FORMER cocaine kingpin and record label founder Michael ‘Harry O’ Harris tearfully thanked ex-President Donald Trump for a pardon that got him out of jail.
Harris, 59, wept in his first interview after Trump commuted his sentence, shaving off seven years, and making him a free man.
Donald Trump granted a pardon to Michael ‘Harry O’ Harris in his final days in office[/caption]
“I appreciate Donald Trump, his children, his son-in-law,” Harris said, referring to Trump family members including first daughter Ivanka Trump and her husband Jared Kushner, who served as White House advisers.
“Whyever he did it, he did it, when so many others wouldn’t do it,” Harris said in the interview with DailyMailTV released on Tuesday.
Snoop Dogg, who became a famous rapper through Harris’ Death Row Records, lobbied for a pardon for Harris, with the help of rapper MC Hammer, billionaire Chris Redlitz and other justice reform activists.
They won over Ivanka Trump and Kushner, and President Trump granted the pardon in his final days in office.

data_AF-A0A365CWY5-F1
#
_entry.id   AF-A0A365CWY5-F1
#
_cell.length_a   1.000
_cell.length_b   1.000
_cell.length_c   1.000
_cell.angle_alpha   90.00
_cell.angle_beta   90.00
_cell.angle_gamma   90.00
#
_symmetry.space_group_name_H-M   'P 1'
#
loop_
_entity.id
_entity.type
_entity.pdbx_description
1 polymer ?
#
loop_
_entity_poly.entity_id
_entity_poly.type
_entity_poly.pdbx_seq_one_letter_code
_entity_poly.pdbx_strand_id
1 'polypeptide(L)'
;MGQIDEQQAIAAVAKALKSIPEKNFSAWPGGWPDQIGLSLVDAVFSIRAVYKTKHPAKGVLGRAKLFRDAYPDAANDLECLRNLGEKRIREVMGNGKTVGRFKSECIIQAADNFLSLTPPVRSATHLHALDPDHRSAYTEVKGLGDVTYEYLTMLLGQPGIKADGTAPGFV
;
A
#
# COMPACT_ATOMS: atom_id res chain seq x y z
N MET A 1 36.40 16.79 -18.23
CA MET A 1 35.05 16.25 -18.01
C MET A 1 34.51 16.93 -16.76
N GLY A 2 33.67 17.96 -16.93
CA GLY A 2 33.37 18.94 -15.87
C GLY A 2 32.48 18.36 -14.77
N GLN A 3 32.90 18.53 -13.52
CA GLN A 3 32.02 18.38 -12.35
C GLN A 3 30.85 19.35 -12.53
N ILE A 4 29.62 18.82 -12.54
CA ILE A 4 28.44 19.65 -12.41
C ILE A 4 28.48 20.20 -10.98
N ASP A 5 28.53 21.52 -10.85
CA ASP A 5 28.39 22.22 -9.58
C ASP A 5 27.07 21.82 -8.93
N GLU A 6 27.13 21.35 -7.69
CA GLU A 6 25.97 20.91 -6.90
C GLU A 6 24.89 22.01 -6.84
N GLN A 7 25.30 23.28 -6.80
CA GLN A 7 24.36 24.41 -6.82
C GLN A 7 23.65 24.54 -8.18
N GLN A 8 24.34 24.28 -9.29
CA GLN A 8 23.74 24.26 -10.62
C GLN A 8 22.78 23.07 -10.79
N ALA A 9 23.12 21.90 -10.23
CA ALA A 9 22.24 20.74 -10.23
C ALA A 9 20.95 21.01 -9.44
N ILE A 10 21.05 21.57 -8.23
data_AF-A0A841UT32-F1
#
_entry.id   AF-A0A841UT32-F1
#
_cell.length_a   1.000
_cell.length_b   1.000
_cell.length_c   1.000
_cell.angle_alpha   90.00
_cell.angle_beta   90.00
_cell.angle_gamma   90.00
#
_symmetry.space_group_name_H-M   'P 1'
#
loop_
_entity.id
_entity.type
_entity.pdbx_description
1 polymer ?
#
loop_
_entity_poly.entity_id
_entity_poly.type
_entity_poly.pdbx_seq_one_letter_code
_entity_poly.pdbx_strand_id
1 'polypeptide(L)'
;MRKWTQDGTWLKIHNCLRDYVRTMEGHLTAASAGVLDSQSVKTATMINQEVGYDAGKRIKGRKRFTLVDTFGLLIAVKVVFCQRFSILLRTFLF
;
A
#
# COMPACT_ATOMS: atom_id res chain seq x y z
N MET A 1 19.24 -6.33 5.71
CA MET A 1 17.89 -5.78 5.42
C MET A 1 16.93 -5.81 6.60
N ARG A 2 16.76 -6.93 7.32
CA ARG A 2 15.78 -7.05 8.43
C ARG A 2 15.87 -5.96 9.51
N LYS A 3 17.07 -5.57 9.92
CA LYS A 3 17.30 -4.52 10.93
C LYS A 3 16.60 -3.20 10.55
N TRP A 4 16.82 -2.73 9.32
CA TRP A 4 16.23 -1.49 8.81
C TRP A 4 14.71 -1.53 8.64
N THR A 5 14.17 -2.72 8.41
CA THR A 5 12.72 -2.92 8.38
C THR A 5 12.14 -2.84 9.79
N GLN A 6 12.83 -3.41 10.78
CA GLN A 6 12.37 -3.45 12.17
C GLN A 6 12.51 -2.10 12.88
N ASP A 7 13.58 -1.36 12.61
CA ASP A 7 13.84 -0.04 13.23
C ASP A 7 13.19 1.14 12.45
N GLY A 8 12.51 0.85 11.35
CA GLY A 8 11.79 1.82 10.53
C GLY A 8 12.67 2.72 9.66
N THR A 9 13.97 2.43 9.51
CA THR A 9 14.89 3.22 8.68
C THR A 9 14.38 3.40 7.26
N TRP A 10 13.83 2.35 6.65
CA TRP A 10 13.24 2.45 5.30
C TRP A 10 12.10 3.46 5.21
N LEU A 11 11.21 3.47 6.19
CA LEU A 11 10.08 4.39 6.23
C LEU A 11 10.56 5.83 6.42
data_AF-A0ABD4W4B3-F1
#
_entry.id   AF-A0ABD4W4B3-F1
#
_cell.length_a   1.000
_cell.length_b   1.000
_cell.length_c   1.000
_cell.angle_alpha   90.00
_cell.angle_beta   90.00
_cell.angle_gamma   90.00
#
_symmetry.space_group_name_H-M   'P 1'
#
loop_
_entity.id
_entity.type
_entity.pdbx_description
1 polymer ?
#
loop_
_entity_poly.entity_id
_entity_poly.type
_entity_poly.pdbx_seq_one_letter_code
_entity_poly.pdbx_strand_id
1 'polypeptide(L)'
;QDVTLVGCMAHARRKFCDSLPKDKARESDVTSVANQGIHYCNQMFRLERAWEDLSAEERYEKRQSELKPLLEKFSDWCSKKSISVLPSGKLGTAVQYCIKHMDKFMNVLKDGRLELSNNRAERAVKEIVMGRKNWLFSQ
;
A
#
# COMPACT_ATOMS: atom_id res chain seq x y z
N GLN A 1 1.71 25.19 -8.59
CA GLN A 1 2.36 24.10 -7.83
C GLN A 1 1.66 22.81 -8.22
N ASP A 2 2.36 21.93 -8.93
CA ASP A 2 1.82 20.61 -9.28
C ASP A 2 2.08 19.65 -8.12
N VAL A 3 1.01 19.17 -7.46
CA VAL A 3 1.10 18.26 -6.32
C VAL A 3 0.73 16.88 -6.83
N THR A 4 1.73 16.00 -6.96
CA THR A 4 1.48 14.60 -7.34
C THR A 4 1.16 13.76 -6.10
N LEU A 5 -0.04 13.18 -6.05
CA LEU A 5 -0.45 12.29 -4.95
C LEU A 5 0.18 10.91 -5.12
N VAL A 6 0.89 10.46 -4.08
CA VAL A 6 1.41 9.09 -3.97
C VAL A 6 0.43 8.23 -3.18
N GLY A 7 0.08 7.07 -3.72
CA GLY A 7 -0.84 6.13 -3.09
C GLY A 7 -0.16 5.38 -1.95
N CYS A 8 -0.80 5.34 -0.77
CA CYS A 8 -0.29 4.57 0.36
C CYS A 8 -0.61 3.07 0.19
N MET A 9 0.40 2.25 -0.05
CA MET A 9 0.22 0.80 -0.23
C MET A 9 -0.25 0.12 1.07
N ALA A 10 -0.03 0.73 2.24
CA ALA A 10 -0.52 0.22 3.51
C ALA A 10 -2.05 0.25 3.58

Michael ‘Harry O’ Harris had been incarcerated since 1988[/caption]
Harris said he asked for clemency from ex-President Barack Obama and that it went through many bureaucratic loopholes but he does not believe it reached the 44th president’s desk.
“It didn’t happen on his watch,” he said.
Harris added that he sees “not a dime of difference between Democrats and Republicans” in terms of results and that he doesn’t “have a dog in the fight, unless the people that’s in power deal with the people that are powerless in a respectful way.”
Michael ‘Harry O’ Harris’ record label gave rise to rappers Snoop Dogg and Dr Dre[/caption]
The South Central Los Angeles native began selling crack cocaine from Colombian drug cartels when he was 20 years old, distributing it to states including Arizona, Florida, Illinois, Indiana, Iowa, Louisiana, Michigan, New York and Texas.
But in 1988, he was convicted of drug trafficking and attempted murder.
Prosecutors said Harris and two accomplices suspected his distant relative who worked in the drug operation was stealing, and shot him and left him for dead.
Harris claimed he was innocent in the state crimes and the alleged victim withdrew testimony.
The parole board then ended Harris’ state sentence and moved him to a federal prison to serve his drug trafficking sentence through 2028.
While incarcerated, Harris maintained an “exemplary” record, encouraged youth to stay away from trouble and ran programs to help convicts learn computer programming.
Most read in News
Harris said he was “awestruck” upon release from jail.
“I’m riding in the car with my folks and we coming back from the prison. I just had a [peace] of mind and I said ‘I don’t feel it,’” Harris said.
“They said ‘what?’ I said ‘I don’t feel what I just left.’”